As government and NHS leaders step up pressure for radical change in general practice, existing extended services – such as Leeds’ York Street practice for homeless people and asylum seekers – may point the way to new approaches and models for primary care.
A new drive is about to begin to bring about the personalised, proactive, holistic and coordinated care, which offers both flexible access and is embedded in communities, that has been long sought in primary care.
General practice is at the heart of the ongoing review of care for “vulnerable older people”, launched by health secretary Jeremy Hunt in June, and which he has devoted part of his summer to considering. Its scope includes management of and accountability for patients, self-care, changing workforce, and service integration. Meanwhile, NHS England has said it will draw up a primary care strategy as part of its Call to Action work on making the NHS sustainable despite a £30bn funding gap.
For much of general practice, it would be a major step to comprehensively meet the aspirations which many believe are the future of primary care.
However, with NHS and professional leaders asserting the sector is at a tipping point, it is increasingly being accepted that lessons have to be learned from those already experimenting with extended and specialised primary care.
One such service is the York Street Health Practice, which provides services in the centre of Leeds for people who are homeless, temporarily housed or seeking asylum.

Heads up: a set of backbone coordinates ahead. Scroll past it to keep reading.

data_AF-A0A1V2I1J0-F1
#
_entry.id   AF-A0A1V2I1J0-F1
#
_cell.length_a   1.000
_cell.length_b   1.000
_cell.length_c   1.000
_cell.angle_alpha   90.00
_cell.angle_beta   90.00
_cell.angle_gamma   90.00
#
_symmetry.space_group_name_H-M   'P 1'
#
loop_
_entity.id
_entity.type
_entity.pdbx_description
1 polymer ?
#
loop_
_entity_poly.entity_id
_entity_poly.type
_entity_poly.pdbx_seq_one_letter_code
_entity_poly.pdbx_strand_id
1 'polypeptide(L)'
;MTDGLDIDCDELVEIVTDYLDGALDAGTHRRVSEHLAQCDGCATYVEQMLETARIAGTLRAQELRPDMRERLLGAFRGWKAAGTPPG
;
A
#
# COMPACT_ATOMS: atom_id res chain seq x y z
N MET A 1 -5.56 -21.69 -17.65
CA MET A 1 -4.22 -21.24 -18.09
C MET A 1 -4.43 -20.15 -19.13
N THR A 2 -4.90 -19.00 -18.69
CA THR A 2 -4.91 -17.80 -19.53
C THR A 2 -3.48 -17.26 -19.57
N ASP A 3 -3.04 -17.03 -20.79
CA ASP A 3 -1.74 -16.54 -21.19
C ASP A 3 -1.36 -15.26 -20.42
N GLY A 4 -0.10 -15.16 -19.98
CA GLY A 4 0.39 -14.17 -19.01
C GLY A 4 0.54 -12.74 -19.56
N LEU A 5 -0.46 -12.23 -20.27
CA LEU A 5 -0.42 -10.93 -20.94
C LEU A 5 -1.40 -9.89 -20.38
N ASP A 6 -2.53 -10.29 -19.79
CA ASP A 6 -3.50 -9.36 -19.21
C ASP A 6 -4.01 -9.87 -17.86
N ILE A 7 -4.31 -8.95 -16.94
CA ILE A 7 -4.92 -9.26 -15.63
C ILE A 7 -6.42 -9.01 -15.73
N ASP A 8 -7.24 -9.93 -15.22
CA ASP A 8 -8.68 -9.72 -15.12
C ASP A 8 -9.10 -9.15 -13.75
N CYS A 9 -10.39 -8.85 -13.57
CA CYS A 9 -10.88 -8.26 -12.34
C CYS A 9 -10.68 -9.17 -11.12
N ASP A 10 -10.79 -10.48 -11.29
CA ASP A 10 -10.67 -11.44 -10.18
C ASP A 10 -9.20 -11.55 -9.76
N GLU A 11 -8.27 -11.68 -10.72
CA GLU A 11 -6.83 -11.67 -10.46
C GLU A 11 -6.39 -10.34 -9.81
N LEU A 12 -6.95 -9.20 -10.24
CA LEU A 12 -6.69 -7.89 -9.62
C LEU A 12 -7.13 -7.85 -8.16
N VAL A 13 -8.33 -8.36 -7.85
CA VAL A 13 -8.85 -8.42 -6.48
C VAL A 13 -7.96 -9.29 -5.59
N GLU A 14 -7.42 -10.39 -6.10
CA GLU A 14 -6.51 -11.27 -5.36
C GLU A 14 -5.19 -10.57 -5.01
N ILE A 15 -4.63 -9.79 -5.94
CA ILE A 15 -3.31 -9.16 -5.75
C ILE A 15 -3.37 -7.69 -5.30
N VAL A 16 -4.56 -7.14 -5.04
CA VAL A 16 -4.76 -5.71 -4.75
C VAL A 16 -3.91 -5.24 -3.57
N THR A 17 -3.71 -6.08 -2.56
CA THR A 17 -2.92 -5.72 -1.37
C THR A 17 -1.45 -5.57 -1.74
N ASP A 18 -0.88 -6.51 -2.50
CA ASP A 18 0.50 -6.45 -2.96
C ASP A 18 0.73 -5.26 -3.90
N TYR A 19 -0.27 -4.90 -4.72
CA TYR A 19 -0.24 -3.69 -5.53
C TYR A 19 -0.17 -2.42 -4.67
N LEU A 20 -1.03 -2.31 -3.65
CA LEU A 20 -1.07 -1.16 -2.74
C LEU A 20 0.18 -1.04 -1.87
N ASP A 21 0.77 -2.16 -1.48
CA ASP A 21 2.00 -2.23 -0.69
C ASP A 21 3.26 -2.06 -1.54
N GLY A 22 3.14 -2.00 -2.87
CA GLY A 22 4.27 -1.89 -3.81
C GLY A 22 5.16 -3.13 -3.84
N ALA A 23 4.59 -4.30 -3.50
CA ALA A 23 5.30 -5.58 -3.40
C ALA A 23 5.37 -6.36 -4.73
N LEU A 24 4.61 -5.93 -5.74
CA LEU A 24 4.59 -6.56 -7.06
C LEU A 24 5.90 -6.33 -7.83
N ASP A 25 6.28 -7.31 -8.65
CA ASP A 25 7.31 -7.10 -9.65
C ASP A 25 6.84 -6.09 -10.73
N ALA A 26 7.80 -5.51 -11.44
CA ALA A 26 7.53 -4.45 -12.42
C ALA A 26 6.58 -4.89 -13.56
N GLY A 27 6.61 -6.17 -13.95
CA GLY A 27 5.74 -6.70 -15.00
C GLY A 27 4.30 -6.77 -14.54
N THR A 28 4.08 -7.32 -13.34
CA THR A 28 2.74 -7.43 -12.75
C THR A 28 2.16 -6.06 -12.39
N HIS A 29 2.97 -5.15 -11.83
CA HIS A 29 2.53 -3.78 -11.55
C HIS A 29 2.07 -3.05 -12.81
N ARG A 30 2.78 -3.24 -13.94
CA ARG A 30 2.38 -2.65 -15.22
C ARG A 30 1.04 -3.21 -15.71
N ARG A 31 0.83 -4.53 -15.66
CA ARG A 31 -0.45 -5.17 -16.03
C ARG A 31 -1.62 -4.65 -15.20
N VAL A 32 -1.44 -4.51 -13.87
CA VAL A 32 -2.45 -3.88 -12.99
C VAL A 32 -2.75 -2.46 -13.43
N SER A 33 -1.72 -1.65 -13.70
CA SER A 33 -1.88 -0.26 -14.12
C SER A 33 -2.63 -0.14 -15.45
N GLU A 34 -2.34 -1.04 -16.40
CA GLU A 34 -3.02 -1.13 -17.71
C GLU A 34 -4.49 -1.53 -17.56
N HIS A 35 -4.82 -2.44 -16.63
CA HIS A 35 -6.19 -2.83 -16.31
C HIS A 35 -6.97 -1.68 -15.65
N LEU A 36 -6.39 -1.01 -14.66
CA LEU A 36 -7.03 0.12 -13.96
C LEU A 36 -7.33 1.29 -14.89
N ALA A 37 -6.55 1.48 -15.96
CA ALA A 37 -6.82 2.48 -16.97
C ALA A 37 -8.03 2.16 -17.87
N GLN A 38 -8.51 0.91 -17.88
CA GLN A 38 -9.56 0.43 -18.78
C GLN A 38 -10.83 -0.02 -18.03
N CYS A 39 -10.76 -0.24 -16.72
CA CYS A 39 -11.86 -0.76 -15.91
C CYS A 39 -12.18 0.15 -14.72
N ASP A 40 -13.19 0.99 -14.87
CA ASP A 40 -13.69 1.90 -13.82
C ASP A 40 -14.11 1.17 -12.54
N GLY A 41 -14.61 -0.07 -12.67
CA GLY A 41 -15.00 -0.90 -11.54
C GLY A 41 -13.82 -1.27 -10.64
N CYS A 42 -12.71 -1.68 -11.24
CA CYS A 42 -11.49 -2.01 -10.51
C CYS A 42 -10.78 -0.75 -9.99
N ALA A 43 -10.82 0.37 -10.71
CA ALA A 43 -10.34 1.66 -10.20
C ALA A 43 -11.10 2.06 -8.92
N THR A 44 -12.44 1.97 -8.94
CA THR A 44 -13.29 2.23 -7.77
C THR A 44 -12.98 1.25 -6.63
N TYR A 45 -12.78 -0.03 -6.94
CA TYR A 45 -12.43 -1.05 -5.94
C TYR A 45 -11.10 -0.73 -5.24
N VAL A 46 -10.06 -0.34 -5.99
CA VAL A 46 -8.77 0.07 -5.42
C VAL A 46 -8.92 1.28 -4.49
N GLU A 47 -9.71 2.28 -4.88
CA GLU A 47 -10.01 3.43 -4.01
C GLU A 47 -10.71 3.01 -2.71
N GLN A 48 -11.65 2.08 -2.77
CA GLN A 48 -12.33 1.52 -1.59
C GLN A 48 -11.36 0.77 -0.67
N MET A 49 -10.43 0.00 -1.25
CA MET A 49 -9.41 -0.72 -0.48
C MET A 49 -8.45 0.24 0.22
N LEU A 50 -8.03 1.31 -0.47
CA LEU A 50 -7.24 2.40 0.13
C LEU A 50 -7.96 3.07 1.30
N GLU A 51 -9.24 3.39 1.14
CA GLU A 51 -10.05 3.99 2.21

Many of its patients have long term mental and physical health and social problems, and serious alcohol and drug addiction. They fail to access conventional services, which often do not meet their needs.
The centre’s core workforce is very mixed: There are around two whole time equivalent GPs among some 25 staff. They work closely alongside practice nurses, nurse practitioners, mental health nurses, nurse drug therapists, alcohol specialist nurses, support workers, managers and administrators.
Critically, the centre hosts a number of peripheral services provided by others. There is a regular presence at the centre from physiotherapy, social services, housing, welfare rights, and solicitors, whose services are often important to those in the asylum system.
While many of York Street’s quickly growing 1,200 patient list will visit several times a week, they often struggle to access other services directly, whether because of chaotic lifestyles, conflicting priorities, or difficulty interacting.